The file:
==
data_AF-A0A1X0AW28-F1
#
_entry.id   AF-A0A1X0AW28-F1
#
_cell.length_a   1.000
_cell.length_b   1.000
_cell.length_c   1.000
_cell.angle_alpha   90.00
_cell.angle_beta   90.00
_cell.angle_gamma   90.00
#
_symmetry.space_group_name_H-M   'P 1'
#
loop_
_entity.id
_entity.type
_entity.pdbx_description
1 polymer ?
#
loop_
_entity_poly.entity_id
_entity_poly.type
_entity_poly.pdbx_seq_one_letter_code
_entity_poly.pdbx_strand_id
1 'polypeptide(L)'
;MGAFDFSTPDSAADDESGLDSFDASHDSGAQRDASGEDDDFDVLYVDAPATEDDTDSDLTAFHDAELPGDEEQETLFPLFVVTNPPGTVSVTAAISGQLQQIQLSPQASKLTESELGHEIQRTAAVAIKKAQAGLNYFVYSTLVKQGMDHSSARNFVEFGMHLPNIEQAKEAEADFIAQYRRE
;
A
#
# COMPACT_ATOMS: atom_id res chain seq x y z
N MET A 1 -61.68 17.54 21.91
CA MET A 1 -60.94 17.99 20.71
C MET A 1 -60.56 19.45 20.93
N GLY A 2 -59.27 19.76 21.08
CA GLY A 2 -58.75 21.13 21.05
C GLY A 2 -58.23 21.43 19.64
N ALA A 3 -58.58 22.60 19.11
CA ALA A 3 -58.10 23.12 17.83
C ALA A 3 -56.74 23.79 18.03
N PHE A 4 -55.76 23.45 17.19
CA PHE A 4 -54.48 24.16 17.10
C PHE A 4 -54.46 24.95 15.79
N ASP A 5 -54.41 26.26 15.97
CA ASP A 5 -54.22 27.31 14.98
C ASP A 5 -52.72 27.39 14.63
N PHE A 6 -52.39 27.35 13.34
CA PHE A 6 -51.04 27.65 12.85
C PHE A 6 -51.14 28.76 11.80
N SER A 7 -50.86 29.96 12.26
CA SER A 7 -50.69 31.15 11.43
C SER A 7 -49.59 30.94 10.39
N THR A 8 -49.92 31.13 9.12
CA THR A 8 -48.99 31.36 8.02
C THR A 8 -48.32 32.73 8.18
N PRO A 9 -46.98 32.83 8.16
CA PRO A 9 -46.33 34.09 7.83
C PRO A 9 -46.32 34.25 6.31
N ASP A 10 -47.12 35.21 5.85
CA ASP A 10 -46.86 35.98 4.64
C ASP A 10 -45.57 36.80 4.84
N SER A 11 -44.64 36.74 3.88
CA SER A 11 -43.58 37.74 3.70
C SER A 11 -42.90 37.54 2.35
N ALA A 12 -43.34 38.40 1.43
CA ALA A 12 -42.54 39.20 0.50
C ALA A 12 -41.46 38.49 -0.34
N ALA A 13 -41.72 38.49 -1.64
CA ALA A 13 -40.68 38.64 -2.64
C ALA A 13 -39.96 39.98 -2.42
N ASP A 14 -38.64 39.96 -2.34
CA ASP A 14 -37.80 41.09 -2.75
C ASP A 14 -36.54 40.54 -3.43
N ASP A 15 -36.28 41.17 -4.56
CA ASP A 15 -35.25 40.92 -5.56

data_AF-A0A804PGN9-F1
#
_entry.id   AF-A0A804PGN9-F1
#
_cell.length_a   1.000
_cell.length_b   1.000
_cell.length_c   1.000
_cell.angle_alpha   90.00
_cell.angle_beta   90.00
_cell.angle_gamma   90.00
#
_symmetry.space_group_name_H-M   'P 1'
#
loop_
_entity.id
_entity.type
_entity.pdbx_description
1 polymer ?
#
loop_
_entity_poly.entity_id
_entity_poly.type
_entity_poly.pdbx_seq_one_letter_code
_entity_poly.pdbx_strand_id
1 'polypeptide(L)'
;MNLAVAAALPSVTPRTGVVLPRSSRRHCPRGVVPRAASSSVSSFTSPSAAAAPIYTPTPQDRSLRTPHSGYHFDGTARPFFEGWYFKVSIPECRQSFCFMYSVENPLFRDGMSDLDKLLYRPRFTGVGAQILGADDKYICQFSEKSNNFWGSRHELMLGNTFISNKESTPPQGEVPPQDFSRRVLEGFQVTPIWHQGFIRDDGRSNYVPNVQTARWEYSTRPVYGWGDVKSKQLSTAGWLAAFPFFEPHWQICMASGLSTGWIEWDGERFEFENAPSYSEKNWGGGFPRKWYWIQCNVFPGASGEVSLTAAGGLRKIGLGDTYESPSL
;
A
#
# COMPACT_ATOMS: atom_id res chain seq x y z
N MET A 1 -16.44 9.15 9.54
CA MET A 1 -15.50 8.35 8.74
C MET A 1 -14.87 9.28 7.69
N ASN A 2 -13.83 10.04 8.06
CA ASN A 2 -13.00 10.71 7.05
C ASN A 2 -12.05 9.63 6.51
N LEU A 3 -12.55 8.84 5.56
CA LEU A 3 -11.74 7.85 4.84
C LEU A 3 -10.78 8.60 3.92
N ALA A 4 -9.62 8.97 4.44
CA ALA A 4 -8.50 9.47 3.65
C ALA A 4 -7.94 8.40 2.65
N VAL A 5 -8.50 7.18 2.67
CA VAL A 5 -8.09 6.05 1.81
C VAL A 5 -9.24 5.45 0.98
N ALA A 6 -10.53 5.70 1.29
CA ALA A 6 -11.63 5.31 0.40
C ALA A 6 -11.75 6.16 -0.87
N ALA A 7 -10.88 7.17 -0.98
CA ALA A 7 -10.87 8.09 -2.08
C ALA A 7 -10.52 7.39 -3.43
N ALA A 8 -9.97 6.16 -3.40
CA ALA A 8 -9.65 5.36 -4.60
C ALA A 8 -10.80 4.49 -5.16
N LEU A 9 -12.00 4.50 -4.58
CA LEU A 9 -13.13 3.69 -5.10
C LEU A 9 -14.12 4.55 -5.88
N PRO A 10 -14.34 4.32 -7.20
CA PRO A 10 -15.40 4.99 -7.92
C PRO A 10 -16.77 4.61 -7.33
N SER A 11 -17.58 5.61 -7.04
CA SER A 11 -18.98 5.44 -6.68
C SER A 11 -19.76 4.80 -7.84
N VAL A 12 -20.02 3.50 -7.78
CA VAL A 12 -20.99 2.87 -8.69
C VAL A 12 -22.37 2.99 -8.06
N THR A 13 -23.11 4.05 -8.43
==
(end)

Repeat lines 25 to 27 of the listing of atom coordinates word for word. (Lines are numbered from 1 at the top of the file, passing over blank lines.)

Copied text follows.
1 'polypeptide(L)'
;MGAFDFSTPDSAADDESGLDSFDASHDSGAQRDASGEDDDFDVLYVDAPATEDDTDSDLTAFHDAELPGDEEQETLFPLFVVTNPPGTVSVTAAISGQLQQIQLSPQASKLTESELGHEIQRTAAVAIKKAQAGLNYFVYSTLVKQGMDHSSARNFVEFGMHLPNIEQAKEAEADFIAQYRRE
;